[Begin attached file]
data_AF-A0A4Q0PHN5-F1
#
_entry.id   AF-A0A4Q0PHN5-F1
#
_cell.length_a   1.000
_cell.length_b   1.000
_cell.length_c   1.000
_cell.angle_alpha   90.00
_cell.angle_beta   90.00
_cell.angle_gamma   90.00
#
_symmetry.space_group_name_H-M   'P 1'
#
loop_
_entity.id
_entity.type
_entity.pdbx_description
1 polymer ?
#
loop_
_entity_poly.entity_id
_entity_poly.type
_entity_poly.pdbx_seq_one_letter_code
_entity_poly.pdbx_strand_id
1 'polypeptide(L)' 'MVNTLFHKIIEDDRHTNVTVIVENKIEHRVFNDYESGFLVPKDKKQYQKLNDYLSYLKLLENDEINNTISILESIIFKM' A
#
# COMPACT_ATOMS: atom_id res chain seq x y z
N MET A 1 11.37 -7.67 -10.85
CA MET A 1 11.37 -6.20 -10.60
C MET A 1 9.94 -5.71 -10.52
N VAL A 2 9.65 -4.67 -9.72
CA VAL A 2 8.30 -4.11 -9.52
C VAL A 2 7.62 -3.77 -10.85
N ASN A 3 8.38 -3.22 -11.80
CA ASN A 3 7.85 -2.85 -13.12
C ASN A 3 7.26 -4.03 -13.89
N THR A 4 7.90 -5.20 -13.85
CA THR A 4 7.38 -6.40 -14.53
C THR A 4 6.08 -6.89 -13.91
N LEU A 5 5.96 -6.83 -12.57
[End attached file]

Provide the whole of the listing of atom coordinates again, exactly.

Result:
data_AF-A0A4Q0PHN5-F1
#
_entry.id   AF-A0A4Q0PHN5-F1
#
_cell.length_a   1.000
_cell.length_b   1.000
_cell.length_c   1.000
_cell.angle_alpha   90.00
_cell.angle_beta   90.00
_cell.angle_gamma   90.00
#
_symmetry.space_group_name_H-M   'P 1'
#
loop_
_entity.id
_entity.type
_entity.pdbx_description
1 polymer ?
#
loop_
_entity_poly.entity_id
_entity_poly.type
_entity_poly.pdbx_seq_one_letter_code
_entity_poly.pdbx_strand_id
1 'polypeptide(L)' 'MVNTLFHKIIEDDRHTNVTVIVENKIEHRVFNDYESGFLVPKDKKQYQKLNDYLSYLKLLENDEINNTISILESIIFKM' A
#
# COMPACT_ATOMS: atom_id res chain seq x y z
N MET A 1 11.37 -7.67 -10.85
CA MET A 1 11.37 -6.20 -10.60
C MET A 1 9.94 -5.71 -10.52
N VAL A 2 9.65 -4.67 -9.72
CA VAL A 2 8.30 -4.11 -9.52
C VAL A 2 7.62 -3.77 -10.85
N ASN A 3 8.38 -3.22 -11.80
CA ASN A 3 7.85 -2.85 -13.12
C ASN A 3 7.26 -4.03 -13.89
N THR A 4 7.90 -5.20 -13.85
CA THR A 4 7.38 -6.40 -14.53
C THR A 4 6.08 -6.89 -13.91
N LEU A 5 5.96 -6.83 -12.57